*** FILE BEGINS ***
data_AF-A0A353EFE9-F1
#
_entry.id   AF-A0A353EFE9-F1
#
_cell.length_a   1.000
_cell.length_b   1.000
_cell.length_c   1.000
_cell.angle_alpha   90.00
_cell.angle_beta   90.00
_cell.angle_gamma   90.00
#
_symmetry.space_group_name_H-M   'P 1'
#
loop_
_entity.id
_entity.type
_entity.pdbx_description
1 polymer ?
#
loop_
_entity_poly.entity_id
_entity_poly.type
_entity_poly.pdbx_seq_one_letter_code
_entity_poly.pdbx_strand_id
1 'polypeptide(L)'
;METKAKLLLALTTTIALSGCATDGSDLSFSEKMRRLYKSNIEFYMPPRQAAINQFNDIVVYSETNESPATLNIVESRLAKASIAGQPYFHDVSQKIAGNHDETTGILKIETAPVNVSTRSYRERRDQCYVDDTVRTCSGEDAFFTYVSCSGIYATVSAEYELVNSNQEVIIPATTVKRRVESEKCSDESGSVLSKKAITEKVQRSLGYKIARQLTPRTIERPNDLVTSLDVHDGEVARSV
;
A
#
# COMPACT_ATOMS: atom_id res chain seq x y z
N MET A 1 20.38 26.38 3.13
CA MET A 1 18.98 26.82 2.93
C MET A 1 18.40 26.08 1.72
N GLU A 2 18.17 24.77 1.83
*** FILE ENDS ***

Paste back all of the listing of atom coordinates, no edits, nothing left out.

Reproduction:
data_AF-A0A353EFE9-F1
#
_entry.id   AF-A0A353EFE9-F1
#
_cell.length_a   1.000
_cell.length_b   1.000
_cell.length_c   1.000
_cell.angle_alpha   90.00
_cell.angle_beta   90.00
_cell.angle_gamma   90.00
#
_symmetry.space_group_name_H-M   'P 1'
#
loop_
_entity.id
_entity.type
_entity.pdbx_description
1 polymer ?
#
loop_
_entity_poly.entity_id
_entity_poly.type
_entity_poly.pdbx_seq_one_letter_code
_entity_poly.pdbx_strand_id
1 'polypeptide(L)'
;METKAKLLLALTTTIALSGCATDGSDLSFSEKMRRLYKSNIEFYMPPRQAAINQFNDIVVYSETNESPATLNIVESRLAKASIAGQPYFHDVSQKIAGNHDETTGILKIETAPVNVSTRSYRERRDQCYVDDTVRTCSGEDAFFTYVSCSGIYATVSAEYELVNSNQEVIIPATTVKRRVESEKCSDESGSVLSKKAITEKVQRSLGYKIARQLTPRTIERPNDLVTSLDVHDGEVARSV
;
A
#
# COMPACT_ATOMS: atom_id res chain seq x y z
N MET A 1 20.38 26.38 3.13
CA MET A 1 18.98 26.82 2.93
C MET A 1 18.40 26.08 1.72
N GLU A 2 18.17 24.77 1.83